Convalescent Plasma -- Convalescent plasma, which has been used in other incidents, is collected from patients who have recovered from a virus such as the novel coronavirus that causes COVID-19. The idea is that the plasma, which contains antibodies against the virus, will be administered into patients who are critically ill. In March, the FDA created a pathway with strict guidelines for physicians to use convalescent plasma on seriously ill COVID-19 patients. Emergency Use Authorization was granted by the U.S. Food and Drug Administration in August, but only after President Donald Trump accused the FDA of being part of a conspiracy to withhold approval of treatments for the coronavirus in order to politically hurt his re-election bid. When the EUA was finally authorized, the Secretary of Health Alex Azar incorrectly cited claims from a Mayo Clinic study and his department was forced to retract the claim due to Azar’s overstatement of the benefits of convalescent plasma. Not only did HHS have to restate the claims, FDA Commissioner Stephen Hahn was forced to walk back some statements he made about the benefits of the treatment.
Vaccine EUA Guidance – Heading into the Nov. 3 election, there were concerns that President Trump may try to force the FDA to rush through EUA for a COVID-19 vaccine in order to gain a boost at the polls. To stymie that, the FDA submitted a more stringent guidance for EUA of a vaccine to the White House in September. Trump condemned the proposals, calling it a “political ploy.” One day after hinting the White House would reject the guidance, which was within its power, the administration reversed course and approved the new vaccine guidance. Even after the guidance was approved, Trump took to twitter to condemn the EUA calling it “just another political hit job.” While the president showed his displeasure at the new guidelines, the pharmaceutical industry largely supported the move due to declining perceptions on the safety and efficacy of a vaccine hurried through clinical trials because of politics.
Downplaying the Virus – Throughout the pandemic, the White House attempted to put a positive spin on the pandemic, especially in the months leading up to the election. This fall, veteran Washington Post reporter Bob Woodward revealed that Trump knew of the seriousness of the coronavirus in the early part of 2020 but chose to minimize and even dismiss those concerns in public in order to not cause panic. Not only did Trump downplay the severity of the virus, his political lieutenants in HHS, Paul Alexander and Michael Caputo, have been accused of manipulating messaging coming from that department and the Centers for Disease Control. Alexander interfered with language used in the CDC’s Morbidity and Mortality Weekly Reports, and attempted to downplay the spread of COVID-19 at a Georgia summer camp. Alexander was also proponent of mass infections in order to develop herd immunity. Caputo is also under scrutiny for threats made against CDC communications personnel who arranged interviews with the media.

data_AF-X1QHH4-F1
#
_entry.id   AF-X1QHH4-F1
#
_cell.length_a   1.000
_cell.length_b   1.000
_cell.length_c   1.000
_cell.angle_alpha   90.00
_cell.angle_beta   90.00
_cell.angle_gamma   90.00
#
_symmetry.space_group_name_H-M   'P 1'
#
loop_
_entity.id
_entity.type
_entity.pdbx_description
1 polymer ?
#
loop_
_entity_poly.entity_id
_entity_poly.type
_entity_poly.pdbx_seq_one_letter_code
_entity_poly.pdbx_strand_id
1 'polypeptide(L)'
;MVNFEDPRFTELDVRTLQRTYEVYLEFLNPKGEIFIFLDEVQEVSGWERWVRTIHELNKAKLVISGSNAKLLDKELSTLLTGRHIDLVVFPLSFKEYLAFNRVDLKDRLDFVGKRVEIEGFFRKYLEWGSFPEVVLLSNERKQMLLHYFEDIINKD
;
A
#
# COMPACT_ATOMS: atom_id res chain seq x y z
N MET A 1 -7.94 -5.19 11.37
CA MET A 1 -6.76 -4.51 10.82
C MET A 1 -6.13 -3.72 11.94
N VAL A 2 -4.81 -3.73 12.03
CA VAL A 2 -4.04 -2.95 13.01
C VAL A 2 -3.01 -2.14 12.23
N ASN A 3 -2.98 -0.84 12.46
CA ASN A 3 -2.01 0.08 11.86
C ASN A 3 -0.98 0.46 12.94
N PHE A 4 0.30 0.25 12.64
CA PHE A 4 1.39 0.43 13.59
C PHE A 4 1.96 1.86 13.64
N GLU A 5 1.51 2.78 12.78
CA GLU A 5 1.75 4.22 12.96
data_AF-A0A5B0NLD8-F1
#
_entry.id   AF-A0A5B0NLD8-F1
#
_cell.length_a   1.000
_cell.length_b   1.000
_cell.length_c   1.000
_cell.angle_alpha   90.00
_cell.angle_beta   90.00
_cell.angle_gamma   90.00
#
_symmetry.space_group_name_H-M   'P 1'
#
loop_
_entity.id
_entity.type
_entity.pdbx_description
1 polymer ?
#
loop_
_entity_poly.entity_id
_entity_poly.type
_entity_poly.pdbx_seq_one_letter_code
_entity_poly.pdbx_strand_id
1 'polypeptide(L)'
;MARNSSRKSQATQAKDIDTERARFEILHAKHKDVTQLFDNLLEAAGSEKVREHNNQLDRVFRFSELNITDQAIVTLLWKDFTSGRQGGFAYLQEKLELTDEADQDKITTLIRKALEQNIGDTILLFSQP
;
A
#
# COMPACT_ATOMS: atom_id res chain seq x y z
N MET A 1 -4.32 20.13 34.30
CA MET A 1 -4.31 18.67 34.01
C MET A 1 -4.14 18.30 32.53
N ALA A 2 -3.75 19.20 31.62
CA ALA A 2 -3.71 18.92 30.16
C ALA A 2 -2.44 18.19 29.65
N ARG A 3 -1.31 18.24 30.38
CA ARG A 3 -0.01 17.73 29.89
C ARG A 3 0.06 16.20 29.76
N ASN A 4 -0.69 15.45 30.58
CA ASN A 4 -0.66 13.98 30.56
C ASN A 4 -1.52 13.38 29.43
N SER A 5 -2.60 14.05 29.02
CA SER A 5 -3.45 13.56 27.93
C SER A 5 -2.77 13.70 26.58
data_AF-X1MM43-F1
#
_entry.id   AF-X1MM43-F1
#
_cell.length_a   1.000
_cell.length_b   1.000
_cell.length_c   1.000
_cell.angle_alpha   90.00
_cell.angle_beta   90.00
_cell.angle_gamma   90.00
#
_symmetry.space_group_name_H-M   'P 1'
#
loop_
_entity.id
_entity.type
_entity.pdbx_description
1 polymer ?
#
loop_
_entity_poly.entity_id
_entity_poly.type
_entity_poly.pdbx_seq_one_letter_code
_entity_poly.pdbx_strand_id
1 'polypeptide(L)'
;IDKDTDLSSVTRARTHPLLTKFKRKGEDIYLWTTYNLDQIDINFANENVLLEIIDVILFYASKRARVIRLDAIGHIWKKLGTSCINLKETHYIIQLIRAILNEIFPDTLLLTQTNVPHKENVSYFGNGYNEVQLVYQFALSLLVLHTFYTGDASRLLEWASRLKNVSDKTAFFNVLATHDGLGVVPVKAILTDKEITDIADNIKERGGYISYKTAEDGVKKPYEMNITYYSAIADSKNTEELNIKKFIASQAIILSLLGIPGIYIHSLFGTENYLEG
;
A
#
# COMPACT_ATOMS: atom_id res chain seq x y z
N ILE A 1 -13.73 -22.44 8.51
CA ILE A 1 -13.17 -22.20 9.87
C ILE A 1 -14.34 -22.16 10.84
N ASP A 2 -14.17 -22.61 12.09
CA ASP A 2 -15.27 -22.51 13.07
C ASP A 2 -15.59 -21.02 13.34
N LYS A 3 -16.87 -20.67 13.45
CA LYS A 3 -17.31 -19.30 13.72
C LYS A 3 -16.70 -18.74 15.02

Smuggling – The Chinese government arrested Fangliang “Frank” Zhang, chief executive officer of Legend Biotech on allegations of smuggling. Zhang’s arrest was for “the suspected offense of smuggling goods prohibited by the import and export regulations under the laws of the PRC (People’s Republic of China).” The charges were related to an investigation of “special inspections of the management of human genetic sources – organs, tissues and cells.”